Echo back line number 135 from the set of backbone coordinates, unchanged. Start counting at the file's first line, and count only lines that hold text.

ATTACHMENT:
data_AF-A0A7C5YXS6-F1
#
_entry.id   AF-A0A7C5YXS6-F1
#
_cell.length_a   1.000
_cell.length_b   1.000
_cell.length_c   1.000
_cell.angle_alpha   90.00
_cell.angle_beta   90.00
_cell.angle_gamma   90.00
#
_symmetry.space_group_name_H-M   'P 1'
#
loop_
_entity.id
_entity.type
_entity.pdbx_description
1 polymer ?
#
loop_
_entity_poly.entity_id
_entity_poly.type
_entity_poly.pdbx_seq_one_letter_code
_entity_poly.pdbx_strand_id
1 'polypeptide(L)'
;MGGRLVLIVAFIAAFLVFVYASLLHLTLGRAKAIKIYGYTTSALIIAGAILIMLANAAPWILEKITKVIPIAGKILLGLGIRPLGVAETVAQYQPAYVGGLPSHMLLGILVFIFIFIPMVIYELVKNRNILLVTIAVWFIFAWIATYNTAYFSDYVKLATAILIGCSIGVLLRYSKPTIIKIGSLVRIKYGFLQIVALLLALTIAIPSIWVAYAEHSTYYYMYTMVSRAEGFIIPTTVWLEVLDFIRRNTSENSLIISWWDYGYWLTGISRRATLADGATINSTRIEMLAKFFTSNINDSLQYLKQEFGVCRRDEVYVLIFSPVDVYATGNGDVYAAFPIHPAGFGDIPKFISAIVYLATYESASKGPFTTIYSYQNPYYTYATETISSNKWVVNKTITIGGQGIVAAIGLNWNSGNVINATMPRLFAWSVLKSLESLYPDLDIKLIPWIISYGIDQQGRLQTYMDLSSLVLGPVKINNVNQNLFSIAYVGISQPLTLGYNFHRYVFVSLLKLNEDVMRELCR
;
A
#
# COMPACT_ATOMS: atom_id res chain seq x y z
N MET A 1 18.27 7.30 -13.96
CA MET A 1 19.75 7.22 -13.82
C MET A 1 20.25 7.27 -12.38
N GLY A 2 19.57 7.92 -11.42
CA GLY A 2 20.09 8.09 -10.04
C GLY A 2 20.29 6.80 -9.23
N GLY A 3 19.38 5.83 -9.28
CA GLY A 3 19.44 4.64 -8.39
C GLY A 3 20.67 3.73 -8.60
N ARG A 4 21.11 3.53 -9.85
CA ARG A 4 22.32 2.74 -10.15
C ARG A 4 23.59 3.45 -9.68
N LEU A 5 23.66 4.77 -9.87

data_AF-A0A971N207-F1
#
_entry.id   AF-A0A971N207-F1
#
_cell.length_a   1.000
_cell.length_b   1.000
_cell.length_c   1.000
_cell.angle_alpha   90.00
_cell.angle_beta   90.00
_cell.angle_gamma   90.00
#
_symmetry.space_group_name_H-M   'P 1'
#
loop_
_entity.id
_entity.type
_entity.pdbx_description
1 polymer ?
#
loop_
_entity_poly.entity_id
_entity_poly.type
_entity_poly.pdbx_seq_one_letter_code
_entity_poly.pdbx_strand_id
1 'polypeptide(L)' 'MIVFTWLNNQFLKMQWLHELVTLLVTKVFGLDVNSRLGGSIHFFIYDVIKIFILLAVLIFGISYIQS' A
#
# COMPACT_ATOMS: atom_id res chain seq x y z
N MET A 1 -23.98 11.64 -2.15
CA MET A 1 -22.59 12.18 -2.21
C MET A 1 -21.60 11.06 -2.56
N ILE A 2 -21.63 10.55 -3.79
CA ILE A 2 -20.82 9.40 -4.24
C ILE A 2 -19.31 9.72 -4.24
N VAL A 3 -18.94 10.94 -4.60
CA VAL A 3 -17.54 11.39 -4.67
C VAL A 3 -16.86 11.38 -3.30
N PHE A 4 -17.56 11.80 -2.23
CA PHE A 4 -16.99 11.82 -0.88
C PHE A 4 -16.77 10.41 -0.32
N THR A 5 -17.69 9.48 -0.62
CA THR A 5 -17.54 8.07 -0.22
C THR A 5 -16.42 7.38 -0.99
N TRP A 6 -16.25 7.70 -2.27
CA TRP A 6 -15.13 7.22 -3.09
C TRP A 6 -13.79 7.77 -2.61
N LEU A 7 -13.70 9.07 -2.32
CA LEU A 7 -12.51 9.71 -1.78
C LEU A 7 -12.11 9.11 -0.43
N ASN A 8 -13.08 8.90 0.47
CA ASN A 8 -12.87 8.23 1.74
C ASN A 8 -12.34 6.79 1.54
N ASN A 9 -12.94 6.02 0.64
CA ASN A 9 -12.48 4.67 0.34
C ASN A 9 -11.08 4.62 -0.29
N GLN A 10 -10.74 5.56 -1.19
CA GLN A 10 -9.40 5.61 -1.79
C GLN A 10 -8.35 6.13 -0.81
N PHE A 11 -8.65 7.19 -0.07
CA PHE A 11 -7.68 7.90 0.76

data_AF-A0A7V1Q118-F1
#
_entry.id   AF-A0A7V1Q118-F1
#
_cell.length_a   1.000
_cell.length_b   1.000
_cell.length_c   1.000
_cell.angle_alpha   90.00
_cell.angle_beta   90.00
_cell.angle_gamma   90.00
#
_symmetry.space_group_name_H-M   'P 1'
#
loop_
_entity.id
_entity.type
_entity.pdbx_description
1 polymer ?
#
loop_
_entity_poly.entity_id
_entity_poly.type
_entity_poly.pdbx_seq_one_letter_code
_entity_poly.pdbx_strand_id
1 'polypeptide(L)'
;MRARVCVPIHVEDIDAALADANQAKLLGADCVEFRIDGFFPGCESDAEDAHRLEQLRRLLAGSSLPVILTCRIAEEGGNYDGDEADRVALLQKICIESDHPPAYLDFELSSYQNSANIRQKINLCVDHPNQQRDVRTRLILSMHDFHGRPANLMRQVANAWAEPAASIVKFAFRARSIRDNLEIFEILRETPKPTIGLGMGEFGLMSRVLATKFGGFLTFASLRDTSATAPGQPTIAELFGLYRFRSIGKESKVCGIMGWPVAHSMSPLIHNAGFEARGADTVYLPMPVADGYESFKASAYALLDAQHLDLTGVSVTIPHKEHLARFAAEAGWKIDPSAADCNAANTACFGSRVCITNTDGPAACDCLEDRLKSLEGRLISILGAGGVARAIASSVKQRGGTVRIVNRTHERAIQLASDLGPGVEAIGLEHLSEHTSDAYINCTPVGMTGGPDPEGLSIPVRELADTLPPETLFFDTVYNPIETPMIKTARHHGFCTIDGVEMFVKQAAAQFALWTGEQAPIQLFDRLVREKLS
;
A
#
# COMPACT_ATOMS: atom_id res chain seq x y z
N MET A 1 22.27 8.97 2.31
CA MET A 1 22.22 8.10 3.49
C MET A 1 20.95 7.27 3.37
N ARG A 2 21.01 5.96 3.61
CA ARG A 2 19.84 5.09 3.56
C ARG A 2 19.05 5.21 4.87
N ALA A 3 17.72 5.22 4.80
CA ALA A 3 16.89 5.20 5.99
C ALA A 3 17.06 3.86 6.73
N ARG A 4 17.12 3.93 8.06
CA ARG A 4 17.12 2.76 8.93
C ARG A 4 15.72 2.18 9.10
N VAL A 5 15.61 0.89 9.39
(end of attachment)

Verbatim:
C MET A 1 20.95 7.27 3.37